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In standard English usage, the verb say can have as its object either a literal utterance, a noun phrase, or a subordinate clause. But even in the last two cases, the object must refer to at least a figurative utterance. Four examples: 1. He glanced up and said, "No thank you." [an utterance] 2. She lowered her head and said grace. [a noun ...


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All of those are acceptable. There are subtleties about when you would use each though. These are not comprehensive or absolute, but below are examples of how each might be used. I will give you some water. If you have some water in your possession. I will get you some water. If you need to leave the person to retrieve some water. I will ...


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Here it's important to note that chosen can refer both to a state, like being happy. Or it can refer to the prior action of being chosen. "How many of you are being chosen?" Refers to a future action, so you talking to a group that hasn't yet been chosen, but want to know how many expect to be chosen. "How many of you are chosen?" Refers to a current state....


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Differentiate and distinguish share one synonymous meaning, but each word has other meanings that aren't synonymous. For example, it's possible to use differentiate intransitively (example from Google) without a between structure: the receptors are developed and differentiated into sense organs but you can't substitute distinguish here. Also, using ...


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I would say it's perhaps slightly incorrect for the context, as you haven't actually stated that you want John to have a say, you've just asked if he does have a say. Your phrasing might also be heard in a context where some plan is going to go ahead, but someone feels that John really ought to have a say before proceeding. In that context, it would be ...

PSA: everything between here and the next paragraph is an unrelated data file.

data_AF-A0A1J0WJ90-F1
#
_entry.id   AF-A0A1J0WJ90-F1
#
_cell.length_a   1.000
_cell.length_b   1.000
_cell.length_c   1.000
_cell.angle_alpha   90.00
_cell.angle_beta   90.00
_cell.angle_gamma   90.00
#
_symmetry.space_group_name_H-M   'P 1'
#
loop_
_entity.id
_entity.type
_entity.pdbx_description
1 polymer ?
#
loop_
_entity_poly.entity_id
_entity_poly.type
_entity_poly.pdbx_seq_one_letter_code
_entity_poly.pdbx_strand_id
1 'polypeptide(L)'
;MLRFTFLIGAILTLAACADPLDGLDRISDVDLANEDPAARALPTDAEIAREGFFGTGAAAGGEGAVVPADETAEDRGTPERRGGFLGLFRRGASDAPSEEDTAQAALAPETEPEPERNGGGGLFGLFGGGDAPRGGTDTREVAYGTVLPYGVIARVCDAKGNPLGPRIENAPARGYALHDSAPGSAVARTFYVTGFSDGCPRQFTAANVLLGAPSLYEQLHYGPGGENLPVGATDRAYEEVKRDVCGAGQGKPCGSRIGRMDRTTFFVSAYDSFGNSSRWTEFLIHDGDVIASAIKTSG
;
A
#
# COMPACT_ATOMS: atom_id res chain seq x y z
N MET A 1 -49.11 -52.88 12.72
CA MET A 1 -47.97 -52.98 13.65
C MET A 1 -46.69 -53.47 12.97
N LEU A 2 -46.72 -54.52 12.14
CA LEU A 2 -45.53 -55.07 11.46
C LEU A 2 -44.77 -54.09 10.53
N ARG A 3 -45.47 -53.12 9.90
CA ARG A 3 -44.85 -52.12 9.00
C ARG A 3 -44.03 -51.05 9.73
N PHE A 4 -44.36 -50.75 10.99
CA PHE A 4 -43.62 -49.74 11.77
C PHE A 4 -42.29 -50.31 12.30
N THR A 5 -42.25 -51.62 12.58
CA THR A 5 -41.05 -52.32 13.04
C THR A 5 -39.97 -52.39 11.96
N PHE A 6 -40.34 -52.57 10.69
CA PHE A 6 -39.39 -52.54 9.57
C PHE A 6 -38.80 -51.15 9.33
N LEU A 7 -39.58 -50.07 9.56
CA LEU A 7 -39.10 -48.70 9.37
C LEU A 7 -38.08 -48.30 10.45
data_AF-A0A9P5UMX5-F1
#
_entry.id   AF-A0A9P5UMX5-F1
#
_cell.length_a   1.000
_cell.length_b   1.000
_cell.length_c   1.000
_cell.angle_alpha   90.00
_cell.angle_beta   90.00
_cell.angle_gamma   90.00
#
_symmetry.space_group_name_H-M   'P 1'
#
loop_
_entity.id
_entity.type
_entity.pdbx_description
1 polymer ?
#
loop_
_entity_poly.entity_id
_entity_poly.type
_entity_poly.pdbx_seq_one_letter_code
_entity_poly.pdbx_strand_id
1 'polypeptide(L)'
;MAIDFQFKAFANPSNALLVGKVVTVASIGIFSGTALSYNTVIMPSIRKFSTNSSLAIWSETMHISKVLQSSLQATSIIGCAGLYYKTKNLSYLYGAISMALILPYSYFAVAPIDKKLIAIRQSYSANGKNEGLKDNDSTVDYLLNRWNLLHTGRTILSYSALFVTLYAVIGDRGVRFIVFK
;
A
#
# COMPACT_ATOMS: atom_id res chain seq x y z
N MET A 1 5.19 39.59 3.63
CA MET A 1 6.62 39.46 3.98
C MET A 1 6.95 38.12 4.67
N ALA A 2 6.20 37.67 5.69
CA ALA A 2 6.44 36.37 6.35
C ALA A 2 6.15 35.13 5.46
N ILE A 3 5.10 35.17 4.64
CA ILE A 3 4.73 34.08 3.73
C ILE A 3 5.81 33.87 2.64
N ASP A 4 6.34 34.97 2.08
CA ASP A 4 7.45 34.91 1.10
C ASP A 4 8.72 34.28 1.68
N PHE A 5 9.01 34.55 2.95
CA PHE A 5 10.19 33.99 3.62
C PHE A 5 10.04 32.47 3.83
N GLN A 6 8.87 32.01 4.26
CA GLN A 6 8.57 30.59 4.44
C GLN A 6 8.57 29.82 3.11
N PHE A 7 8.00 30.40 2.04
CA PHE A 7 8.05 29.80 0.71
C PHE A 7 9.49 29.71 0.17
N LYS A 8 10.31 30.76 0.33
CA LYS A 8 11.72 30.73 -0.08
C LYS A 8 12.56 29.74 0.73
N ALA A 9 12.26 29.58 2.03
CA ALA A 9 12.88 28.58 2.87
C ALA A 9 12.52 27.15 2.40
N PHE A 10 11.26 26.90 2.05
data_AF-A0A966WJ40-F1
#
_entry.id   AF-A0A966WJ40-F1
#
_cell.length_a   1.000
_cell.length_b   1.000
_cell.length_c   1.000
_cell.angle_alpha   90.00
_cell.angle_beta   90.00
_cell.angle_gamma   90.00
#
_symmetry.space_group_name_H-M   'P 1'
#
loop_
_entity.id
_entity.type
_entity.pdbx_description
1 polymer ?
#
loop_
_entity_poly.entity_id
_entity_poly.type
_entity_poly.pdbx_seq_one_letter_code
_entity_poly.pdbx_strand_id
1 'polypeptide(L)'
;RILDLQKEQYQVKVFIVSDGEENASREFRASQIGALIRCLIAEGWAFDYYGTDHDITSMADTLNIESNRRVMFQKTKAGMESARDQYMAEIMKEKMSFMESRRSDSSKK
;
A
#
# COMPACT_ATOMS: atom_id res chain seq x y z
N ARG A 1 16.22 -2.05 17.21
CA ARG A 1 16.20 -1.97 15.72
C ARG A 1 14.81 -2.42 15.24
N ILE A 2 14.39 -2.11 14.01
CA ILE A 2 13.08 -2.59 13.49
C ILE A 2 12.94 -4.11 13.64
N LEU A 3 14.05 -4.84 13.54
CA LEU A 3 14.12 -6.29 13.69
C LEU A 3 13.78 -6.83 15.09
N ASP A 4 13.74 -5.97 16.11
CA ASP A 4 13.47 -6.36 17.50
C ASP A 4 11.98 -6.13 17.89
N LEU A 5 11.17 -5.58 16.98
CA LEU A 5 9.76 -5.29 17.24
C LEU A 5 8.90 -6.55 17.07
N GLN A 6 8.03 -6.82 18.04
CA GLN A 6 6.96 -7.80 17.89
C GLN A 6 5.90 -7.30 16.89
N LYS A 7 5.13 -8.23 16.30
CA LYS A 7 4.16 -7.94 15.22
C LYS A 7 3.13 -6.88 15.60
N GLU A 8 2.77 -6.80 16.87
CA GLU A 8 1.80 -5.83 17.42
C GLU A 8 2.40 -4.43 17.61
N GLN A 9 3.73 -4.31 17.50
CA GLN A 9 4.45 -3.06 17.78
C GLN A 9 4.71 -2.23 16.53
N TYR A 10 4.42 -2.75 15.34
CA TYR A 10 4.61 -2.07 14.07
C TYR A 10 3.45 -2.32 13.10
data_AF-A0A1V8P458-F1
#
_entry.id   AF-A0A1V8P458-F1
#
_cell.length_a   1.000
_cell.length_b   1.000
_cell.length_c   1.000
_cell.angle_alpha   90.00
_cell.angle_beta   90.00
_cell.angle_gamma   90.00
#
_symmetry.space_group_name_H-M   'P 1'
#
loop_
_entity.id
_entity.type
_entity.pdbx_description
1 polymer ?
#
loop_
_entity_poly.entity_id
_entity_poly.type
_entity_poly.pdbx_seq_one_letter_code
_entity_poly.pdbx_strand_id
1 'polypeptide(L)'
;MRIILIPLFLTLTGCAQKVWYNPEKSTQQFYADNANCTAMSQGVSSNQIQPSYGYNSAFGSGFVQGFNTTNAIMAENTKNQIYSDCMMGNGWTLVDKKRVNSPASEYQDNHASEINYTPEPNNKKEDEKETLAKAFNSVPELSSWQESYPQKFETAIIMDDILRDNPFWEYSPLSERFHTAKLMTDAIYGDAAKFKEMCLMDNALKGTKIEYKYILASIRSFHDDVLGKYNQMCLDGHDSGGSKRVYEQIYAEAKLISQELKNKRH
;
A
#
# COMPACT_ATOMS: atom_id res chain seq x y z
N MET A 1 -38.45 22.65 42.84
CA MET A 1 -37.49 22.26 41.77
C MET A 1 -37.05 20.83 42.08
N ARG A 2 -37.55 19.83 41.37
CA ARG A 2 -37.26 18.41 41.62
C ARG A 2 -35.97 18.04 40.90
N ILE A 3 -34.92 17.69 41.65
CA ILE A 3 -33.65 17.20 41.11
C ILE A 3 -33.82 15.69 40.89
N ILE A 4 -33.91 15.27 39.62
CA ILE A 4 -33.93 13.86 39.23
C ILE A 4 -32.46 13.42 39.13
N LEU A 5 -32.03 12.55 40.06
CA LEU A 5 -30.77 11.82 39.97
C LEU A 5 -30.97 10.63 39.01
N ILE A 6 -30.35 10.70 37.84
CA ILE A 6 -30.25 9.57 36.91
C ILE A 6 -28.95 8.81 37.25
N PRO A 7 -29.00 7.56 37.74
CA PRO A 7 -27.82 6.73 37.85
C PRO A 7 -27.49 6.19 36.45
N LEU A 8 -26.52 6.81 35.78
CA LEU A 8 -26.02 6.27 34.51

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None of those expressions is idiomatic English. I want someone doesn't do something would have to be "I don't want someone to do something" If you were requesting another person to pass on the message, you could say "I ask you to ask him not to do it."


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I don't think any of them are correct. They are certainly all very awkward. The contraction let's means "let us." So the first one should be "Let's do that." Meaning "Let us do that." Or possibly you mean to say "Let us agree that I will do that." It is not clear what you intend. The second one confuses me. I think you want to say "Let us agree that ...


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Both of your sentences my friend are grammatically correct. In your first sentence, the word 'read' functioned as a noun. Hence, the adjective 'interesting' described it. In your second sentence, the word 'read' functions as a verb. Thus, it is in future tense implying that you might find the book interesting if you would read it.


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The word you emphasize indicates the opposition you have met or expect to meet: I will say it is better. [since you claim it's someone else who says it's better] I will say it is better. [since you claim I won't say it is better] I will say it is better. I will say it is better. [since you claim it's actually worse]


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They are two different questions. What is your life like in two words? Here you are being asked to describe your life, its qualities, your subjective experience of it, etc. Given that you're being asked to do it in two words, the questioner is likely expecting some kind of snappy, creative, answer, almost like a headline. What is your life in two ...